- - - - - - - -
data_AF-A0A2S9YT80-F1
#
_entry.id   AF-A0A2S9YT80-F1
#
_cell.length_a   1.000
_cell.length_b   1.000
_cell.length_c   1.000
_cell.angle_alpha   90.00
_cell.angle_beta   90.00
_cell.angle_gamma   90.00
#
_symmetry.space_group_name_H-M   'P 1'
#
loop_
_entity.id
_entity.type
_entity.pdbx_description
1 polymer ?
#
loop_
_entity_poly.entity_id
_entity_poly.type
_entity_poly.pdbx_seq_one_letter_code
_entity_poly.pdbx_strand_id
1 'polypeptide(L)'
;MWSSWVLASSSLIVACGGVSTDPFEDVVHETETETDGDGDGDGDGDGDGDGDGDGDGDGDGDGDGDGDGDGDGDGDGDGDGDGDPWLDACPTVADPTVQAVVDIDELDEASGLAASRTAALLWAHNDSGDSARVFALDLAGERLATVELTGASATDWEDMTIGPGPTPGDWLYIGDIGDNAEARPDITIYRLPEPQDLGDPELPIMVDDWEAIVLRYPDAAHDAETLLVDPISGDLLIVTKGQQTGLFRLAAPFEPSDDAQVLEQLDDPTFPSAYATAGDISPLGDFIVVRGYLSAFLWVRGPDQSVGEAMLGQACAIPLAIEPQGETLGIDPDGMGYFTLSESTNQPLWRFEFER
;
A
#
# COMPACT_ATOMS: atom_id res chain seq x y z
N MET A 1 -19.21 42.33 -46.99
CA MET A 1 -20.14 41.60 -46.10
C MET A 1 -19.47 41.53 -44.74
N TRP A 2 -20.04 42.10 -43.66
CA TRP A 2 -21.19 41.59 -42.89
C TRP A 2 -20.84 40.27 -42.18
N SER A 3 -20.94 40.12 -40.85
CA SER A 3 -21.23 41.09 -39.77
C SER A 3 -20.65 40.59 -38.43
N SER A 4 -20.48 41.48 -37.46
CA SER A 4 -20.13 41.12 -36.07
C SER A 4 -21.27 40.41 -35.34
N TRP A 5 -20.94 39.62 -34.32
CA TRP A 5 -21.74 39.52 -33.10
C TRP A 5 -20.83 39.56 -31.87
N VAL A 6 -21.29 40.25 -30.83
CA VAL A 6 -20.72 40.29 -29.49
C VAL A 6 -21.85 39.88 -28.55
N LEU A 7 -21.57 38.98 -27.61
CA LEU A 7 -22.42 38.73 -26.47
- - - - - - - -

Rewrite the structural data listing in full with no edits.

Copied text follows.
data_AF-A0A2S9YT80-F1
#
_entry.id   AF-A0A2S9YT80-F1
#
_cell.length_a   1.000
_cell.length_b   1.000
_cell.length_c   1.000
_cell.angle_alpha   90.00
_cell.angle_beta   90.00
_cell.angle_gamma   90.00
#
_symmetry.space_group_name_H-M   'P 1'
#
loop_
_entity.id
_entity.type
_entity.pdbx_description
1 polymer ?
#
loop_
_entity_poly.entity_id
_entity_poly.type
_entity_poly.pdbx_seq_one_letter_code
_entity_poly.pdbx_strand_id
1 'polypeptide(L)'
;MWSSWVLASSSLIVACGGVSTDPFEDVVHETETETDGDGDGDGDGDGDGDGDGDGDGDGDGDGDGDGDGDGDGDGDGDGDGDGDPWLDACPTVADPTVQAVVDIDELDEASGLAASRTAALLWAHNDSGDSARVFALDLAGERLATVELTGASATDWEDMTIGPGPTPGDWLYIGDIGDNAEARPDITIYRLPEPQDLGDPELPIMVDDWEAIVLRYPDAAHDAETLLVDPISGDLLIVTKGQQTGLFRLAAPFEPSDDAQVLEQLDDPTFPSAYATAGDISPLGDFIVVRGYLSAFLWVRGPDQSVGEAMLGQACAIPLAIEPQGETLGIDPDGMGYFTLSESTNQPLWRFEFER
;
A
#
# COMPACT_ATOMS: atom_id res chain seq x y z
N MET A 1 -19.21 42.33 -46.99
CA MET A 1 -20.14 41.60 -46.10
C MET A 1 -19.47 41.53 -44.74
N TRP A 2 -20.04 42.10 -43.66
CA TRP A 2 -21.19 41.59 -42.89
C TRP A 2 -20.84 40.27 -42.18
N SER A 3 -20.94 40.12 -40.85
CA SER A 3 -21.23 41.09 -39.77
C SER A 3 -20.65 40.59 -38.43
N SER A 4 -20.48 41.48 -37.46
CA SER A 4 -20.13 41.12 -36.07
C SER A 4 -21.27 40.41 -35.34
N TRP A 5 -20.94 39.62 -34.32
CA TRP A 5 -21.74 39.52 -33.10
C TRP A 5 -20.83 39.56 -31.87
N VAL A 6 -21.29 40.25 -30.83
CA VAL A 6 -20.72 40.29 -29.49
C VAL A 6 -21.85 39.88 -28.55
N LEU A 7 -21.57 38.98 -27.61
CA LEU A 7 -22.42 38.73 -26.47